By the way, comfort when carrying a camera like that is about shape, not weight. I used a Nikon F3T for nearly 30 years. When I finally retired that in favor of a D3S, I was worried that it would be harder to carry since it is significantly heavier. It turns out it's the other way around. The large D3S lies flat against my body, making it comfortable. The smaller and lighter F3 would tilt partially down with most lenses attached, so the bottom edge of the camera would dig into my side a bit. I was pleasantly surprised how comfortable the D3S is to carry.

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    \$\begingroup\$ Sling straps are a special kind of camera strap that you wear over your shoulder and under your arm on the other side, just like you described, but it has the nice feature that the camera is not directly attached to the strap, instead it slides up as you raise it to your eye, so the strap remains in the same position. See youtube.com/watch?v=xIk0upY0w_o for a demo of one of the brands. \$\endgroup\$
    – Miguel
    Jan 17, 2012 at 0:59
  • \$\begingroup\$ @Miguel: I watched the video you linked to, but it looks like a ordinary camera strap. They show it worn around the neck or over a shoulder around the neck like any other strap. One nice feature is that the part immediately at the camera is thin and flexible and doesn't get in the way like the beefier clips on my strap do. Hmm, I'll have to look into that. \$\endgroup\$ Jan 18, 2012 at 0:28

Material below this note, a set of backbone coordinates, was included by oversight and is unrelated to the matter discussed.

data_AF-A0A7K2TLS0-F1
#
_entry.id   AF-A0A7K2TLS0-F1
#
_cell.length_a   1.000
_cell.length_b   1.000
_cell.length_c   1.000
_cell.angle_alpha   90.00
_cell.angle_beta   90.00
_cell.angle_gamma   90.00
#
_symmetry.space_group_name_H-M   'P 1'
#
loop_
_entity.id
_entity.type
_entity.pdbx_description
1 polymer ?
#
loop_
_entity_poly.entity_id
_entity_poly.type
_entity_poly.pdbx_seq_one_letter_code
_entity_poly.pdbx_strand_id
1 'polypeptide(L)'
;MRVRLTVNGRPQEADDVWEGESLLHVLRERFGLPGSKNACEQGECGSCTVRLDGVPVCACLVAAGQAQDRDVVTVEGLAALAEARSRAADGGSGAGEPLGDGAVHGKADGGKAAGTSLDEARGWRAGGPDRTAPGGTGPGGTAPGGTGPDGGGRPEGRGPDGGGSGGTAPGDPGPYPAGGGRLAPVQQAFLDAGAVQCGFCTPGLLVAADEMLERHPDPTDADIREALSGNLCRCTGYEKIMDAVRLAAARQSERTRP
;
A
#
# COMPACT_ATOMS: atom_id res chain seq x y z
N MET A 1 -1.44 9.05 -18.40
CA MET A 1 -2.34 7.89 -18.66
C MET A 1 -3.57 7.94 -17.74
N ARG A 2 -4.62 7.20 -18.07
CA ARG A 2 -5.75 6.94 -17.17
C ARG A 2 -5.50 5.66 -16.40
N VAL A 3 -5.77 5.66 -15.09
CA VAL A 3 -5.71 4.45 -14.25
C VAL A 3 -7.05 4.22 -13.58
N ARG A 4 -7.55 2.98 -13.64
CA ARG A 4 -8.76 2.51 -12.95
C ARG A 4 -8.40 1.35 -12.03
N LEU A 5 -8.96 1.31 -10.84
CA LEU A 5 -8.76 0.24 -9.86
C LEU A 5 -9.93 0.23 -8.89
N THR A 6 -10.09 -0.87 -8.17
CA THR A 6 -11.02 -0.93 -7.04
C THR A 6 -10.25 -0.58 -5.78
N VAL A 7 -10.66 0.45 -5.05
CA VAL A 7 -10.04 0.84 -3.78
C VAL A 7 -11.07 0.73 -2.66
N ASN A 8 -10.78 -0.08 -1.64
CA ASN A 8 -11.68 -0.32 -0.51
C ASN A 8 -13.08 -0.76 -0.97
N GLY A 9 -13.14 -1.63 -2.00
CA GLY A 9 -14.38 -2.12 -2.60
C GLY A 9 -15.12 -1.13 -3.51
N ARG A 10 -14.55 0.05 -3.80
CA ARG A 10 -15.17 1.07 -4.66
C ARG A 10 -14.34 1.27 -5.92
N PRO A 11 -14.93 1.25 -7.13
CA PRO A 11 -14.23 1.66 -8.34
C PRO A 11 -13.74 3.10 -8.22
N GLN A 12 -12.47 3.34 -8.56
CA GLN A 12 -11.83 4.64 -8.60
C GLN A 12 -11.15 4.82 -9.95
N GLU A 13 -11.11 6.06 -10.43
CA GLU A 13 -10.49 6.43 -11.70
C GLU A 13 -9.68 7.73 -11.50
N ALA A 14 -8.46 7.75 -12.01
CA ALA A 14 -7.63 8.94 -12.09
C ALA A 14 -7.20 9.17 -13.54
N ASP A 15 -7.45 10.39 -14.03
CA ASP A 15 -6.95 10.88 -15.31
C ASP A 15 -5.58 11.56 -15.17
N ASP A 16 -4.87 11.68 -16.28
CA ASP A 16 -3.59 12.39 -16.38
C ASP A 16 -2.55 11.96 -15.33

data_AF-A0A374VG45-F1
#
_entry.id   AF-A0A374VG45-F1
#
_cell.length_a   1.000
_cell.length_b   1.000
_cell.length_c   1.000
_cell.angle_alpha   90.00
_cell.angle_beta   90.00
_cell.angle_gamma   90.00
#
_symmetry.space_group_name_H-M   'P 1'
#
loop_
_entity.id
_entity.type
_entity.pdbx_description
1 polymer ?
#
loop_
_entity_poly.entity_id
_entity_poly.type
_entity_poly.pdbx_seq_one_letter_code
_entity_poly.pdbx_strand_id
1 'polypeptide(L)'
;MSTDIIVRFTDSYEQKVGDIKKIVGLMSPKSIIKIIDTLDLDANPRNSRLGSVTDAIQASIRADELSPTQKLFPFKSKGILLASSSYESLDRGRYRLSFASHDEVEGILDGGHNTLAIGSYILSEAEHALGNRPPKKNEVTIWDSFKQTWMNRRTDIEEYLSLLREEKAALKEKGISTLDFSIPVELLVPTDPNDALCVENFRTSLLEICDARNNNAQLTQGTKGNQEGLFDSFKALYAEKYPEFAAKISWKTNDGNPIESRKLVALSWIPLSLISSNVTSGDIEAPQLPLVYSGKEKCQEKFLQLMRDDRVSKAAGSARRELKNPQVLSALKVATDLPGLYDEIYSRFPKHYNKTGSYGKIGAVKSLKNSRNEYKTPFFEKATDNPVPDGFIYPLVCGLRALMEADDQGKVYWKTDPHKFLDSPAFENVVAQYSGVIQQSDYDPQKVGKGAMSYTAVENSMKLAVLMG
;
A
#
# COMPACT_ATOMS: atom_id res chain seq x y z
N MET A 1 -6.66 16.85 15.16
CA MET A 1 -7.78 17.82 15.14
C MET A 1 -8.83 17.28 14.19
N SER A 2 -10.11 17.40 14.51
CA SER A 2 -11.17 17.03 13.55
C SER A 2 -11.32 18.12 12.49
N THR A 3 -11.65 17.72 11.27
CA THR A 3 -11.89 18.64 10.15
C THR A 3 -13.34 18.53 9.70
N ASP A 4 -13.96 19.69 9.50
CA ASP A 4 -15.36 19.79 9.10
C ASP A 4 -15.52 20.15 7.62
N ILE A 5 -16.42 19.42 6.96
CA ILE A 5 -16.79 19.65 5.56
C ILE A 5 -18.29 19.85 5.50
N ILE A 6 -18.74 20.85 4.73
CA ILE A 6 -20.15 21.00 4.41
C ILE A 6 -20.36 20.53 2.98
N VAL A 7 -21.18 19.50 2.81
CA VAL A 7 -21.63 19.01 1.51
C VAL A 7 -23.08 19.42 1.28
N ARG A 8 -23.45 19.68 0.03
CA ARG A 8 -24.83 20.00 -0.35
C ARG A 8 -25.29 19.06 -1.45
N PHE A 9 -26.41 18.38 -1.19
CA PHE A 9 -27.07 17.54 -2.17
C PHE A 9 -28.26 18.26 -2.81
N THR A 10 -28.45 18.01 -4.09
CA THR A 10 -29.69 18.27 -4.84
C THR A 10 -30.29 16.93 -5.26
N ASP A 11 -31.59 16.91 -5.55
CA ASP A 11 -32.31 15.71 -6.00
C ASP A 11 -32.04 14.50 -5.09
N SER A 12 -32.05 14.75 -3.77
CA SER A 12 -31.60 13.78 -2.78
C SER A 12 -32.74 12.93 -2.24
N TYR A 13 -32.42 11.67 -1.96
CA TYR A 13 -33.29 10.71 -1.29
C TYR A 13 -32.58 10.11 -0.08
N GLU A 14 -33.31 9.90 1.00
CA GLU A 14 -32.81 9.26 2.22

• \$\begingroup\$ Sorry, my bad. I gave you the video for another configuration of this strap. Try this one: youtube.com/watch?v=b3x_-ad6fIs \$\endgroup\$
    – Miguel
    Jan 18, 2012 at 0:59
  • \$\begingroup\$ @Miguel: OK, I see what you mean now. That does not look good for hiking though. The way the camera is supended it will dangle and bounce around too much. I'm going to stick with a regualar neck/shoulder strap, but maybe look into the nice small and flexible end pieces right by the camera. \$\endgroup\$ Jan 18, 2012 at 23:57
  • \$\begingroup\$ After trying the sling strap and the regular strap I came to the conclusion that wearing the regular strap as you described in your answer is the most comfortable setup for hiking with a backpack. Thanks! \$\endgroup\$
    – Miguel
    Jan 23, 2012 at 6:09
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I own a BlackRapid RS-Sport for almost a year now, it has been an essential camera accessories wherever I go.